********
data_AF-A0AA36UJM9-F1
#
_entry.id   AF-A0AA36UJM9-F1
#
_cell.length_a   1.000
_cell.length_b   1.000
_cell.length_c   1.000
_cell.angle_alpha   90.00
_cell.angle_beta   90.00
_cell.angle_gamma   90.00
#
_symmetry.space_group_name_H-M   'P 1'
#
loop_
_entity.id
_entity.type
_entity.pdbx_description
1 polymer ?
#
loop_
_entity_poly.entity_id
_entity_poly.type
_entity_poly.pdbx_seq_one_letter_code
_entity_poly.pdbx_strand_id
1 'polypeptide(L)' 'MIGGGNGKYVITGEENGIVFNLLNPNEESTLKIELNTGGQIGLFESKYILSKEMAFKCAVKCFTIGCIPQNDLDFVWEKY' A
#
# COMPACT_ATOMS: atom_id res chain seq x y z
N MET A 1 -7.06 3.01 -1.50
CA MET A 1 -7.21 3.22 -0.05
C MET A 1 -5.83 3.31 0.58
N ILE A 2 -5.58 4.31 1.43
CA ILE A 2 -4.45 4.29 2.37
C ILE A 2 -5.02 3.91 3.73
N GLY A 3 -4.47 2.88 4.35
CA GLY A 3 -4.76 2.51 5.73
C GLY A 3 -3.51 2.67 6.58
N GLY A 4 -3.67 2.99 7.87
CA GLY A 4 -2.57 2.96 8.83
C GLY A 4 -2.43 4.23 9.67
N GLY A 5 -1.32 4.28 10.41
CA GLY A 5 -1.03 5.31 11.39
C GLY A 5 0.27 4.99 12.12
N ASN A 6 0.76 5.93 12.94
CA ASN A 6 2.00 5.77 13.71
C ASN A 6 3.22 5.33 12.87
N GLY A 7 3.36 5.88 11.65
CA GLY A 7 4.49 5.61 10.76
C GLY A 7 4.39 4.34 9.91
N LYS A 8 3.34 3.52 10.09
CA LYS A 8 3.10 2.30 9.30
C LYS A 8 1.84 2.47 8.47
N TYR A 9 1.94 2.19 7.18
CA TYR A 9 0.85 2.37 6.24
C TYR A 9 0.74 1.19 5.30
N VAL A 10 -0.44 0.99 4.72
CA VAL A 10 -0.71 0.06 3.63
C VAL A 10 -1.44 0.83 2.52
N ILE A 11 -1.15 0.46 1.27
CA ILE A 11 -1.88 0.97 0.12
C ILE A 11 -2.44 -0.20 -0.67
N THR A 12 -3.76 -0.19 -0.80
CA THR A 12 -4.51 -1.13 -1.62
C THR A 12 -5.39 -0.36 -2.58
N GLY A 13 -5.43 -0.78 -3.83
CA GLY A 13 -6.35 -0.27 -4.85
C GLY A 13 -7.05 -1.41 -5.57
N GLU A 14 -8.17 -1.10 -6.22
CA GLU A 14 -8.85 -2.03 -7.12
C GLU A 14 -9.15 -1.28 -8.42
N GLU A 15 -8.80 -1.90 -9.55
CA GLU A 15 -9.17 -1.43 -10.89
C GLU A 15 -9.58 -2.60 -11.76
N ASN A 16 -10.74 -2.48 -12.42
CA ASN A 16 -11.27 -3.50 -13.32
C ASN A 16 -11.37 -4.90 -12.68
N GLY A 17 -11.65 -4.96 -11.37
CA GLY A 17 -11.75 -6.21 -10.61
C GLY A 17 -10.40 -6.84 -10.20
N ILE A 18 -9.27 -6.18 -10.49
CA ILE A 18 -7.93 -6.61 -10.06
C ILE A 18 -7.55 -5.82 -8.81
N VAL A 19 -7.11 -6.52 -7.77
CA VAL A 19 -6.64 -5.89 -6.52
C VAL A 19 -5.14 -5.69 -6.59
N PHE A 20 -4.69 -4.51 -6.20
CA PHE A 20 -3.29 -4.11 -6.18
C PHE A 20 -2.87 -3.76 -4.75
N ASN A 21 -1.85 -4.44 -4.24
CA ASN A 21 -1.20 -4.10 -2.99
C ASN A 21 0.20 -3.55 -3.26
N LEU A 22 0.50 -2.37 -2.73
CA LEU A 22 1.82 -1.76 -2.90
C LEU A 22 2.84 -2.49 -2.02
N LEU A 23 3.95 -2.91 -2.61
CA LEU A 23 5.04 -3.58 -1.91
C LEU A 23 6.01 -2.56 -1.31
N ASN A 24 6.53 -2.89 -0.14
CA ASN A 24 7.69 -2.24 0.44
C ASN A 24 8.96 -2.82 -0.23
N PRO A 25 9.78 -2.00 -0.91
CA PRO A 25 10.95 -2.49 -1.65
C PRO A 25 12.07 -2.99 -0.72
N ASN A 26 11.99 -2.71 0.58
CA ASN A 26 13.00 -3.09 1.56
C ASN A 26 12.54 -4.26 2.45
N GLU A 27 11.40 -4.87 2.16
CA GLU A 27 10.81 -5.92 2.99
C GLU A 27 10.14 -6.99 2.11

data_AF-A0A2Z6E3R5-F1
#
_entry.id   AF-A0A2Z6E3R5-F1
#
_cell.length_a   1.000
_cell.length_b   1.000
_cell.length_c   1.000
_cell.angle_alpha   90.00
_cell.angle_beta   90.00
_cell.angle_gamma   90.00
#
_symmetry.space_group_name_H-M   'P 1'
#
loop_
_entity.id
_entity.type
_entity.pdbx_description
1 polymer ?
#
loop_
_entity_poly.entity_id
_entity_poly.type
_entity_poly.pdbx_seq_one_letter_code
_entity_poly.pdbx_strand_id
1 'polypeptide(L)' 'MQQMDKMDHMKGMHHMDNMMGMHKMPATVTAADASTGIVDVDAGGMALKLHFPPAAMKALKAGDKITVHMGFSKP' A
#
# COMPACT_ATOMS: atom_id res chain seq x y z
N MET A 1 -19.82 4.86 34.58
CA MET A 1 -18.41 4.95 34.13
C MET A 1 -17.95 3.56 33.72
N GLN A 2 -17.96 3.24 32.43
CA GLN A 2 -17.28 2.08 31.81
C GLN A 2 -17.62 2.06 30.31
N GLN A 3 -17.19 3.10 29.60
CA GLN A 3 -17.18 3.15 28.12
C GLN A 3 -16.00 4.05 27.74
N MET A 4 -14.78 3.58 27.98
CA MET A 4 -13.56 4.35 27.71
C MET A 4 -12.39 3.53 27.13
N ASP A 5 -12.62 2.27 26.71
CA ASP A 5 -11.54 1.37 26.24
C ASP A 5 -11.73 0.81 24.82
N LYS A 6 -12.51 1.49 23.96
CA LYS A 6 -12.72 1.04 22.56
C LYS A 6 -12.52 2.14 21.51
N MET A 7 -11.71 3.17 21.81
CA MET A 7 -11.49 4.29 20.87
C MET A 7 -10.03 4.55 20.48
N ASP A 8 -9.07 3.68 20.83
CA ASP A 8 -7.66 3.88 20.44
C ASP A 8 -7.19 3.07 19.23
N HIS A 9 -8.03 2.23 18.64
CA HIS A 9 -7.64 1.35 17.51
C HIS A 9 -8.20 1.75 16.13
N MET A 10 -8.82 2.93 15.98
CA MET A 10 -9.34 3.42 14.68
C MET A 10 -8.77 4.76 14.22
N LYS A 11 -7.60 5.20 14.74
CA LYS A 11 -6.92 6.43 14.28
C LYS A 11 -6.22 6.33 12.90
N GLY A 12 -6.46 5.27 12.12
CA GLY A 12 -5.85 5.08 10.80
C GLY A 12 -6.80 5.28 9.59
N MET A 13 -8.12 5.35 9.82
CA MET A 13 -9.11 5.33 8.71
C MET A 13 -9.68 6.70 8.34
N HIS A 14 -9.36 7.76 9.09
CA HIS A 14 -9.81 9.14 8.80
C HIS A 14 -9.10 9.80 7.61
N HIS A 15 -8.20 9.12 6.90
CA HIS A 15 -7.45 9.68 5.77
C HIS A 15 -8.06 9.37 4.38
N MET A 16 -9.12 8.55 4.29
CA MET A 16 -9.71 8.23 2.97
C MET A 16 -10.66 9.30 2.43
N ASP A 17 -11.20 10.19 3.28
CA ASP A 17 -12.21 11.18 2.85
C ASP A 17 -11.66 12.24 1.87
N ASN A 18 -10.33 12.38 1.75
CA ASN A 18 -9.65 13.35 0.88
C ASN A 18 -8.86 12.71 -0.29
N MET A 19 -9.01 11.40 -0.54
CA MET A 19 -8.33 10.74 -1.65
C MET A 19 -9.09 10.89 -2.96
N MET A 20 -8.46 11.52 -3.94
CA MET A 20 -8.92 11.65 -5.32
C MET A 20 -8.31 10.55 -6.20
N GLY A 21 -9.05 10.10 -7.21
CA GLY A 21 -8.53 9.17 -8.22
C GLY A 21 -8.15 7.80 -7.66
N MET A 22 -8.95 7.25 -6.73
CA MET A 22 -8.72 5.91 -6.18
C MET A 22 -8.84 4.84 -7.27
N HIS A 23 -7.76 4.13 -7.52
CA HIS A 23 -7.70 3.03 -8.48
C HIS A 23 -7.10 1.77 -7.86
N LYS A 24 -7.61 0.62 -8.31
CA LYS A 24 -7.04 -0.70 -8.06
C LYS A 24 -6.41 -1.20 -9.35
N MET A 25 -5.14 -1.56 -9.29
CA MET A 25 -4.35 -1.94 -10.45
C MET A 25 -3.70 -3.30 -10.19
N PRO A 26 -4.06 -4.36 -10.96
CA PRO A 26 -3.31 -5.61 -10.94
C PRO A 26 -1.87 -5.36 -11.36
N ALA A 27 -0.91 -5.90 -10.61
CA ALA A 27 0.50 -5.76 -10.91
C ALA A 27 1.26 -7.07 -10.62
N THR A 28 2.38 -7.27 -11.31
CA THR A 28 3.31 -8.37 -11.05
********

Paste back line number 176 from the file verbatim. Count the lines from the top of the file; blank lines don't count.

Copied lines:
CA HIS A 14 -9.81 9.14 8.80